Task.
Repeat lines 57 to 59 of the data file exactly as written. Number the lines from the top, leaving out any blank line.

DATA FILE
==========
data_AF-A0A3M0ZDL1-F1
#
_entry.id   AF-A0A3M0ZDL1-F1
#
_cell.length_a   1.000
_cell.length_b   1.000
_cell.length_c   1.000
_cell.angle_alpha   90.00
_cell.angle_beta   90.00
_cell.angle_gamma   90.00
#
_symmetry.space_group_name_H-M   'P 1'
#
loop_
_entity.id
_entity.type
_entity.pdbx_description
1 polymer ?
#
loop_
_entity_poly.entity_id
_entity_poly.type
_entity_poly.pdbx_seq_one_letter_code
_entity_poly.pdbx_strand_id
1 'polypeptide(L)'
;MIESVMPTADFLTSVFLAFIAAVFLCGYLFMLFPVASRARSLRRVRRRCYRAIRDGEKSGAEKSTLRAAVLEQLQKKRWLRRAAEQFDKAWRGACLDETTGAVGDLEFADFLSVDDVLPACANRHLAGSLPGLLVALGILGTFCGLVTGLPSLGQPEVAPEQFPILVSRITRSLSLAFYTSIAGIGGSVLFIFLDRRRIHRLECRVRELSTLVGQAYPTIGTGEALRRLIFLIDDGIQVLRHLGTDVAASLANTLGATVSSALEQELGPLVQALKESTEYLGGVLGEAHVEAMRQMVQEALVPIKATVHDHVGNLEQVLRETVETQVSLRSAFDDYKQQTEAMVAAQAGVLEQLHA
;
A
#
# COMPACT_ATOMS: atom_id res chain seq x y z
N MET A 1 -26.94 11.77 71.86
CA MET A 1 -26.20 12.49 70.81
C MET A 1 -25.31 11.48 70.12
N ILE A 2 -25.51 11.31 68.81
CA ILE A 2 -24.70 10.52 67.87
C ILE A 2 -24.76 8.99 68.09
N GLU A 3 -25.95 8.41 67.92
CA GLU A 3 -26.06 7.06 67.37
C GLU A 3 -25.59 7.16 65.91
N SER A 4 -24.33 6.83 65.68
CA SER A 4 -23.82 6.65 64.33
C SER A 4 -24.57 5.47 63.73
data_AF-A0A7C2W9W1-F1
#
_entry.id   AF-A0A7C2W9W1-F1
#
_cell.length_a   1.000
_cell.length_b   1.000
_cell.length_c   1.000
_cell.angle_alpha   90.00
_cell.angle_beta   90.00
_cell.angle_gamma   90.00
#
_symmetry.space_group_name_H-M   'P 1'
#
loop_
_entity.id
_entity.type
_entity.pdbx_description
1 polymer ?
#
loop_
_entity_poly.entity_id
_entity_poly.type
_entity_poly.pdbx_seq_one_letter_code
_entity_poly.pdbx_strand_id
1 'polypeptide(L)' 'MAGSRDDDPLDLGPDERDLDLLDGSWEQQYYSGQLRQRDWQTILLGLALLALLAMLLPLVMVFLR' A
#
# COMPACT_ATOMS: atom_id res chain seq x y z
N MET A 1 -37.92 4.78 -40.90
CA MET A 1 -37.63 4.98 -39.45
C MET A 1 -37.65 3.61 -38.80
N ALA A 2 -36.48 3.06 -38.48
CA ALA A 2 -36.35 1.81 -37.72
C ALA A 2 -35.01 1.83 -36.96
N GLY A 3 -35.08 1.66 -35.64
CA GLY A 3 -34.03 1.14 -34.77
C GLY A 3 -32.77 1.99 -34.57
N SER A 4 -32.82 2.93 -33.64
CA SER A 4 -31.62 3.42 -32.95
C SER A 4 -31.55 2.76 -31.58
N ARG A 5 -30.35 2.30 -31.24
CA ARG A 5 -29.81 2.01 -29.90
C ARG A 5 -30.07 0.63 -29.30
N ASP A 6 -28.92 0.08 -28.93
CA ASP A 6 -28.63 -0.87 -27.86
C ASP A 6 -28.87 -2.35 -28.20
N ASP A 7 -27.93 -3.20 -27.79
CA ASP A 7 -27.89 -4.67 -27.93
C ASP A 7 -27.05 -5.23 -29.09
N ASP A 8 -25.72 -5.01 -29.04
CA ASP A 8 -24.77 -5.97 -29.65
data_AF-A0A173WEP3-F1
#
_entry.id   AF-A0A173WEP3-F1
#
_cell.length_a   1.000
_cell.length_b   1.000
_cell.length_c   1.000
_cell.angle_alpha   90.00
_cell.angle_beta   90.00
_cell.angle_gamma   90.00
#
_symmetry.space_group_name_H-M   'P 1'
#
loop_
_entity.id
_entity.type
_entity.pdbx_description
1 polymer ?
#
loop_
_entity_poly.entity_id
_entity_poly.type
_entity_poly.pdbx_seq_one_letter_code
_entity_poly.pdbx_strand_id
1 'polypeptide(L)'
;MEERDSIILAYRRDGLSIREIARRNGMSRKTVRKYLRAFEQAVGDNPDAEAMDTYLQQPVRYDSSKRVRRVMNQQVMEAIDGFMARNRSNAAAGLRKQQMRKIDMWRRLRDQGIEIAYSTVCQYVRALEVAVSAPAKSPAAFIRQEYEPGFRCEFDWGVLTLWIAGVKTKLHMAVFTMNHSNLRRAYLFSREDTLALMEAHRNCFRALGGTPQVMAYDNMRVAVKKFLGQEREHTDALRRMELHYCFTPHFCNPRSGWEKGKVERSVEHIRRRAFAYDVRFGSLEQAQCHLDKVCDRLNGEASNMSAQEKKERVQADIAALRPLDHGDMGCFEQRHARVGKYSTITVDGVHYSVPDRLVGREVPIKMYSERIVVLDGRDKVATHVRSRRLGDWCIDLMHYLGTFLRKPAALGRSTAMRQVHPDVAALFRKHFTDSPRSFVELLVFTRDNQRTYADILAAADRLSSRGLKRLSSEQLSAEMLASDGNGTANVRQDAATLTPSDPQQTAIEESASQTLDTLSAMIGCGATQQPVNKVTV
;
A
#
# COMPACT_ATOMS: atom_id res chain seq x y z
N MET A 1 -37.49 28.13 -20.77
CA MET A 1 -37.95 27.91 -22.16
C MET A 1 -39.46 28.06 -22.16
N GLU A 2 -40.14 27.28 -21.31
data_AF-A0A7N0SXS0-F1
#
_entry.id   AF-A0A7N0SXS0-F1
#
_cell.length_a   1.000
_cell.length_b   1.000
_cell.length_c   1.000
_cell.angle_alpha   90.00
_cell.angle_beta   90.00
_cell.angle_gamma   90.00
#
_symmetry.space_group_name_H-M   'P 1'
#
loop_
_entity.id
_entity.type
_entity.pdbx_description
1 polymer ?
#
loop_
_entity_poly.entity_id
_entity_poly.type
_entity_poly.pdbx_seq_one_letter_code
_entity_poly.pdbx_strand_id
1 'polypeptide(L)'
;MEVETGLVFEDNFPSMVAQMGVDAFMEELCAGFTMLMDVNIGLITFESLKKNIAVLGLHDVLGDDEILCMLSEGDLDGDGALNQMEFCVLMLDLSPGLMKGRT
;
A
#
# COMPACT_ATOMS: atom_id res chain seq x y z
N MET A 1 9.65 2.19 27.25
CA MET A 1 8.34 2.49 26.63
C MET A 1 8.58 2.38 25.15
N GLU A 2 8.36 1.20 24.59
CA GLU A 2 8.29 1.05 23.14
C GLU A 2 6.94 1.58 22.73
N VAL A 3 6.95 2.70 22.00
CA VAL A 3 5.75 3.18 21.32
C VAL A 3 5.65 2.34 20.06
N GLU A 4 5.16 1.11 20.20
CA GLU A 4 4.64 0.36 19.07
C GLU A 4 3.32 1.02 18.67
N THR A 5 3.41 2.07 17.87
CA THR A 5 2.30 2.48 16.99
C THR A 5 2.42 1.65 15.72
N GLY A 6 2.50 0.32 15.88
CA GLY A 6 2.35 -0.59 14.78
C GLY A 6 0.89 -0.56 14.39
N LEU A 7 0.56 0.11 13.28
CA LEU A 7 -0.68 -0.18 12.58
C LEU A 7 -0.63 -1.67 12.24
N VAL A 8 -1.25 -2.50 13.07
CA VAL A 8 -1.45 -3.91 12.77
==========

_entity.id
_entity.type
_entity.pdbx_description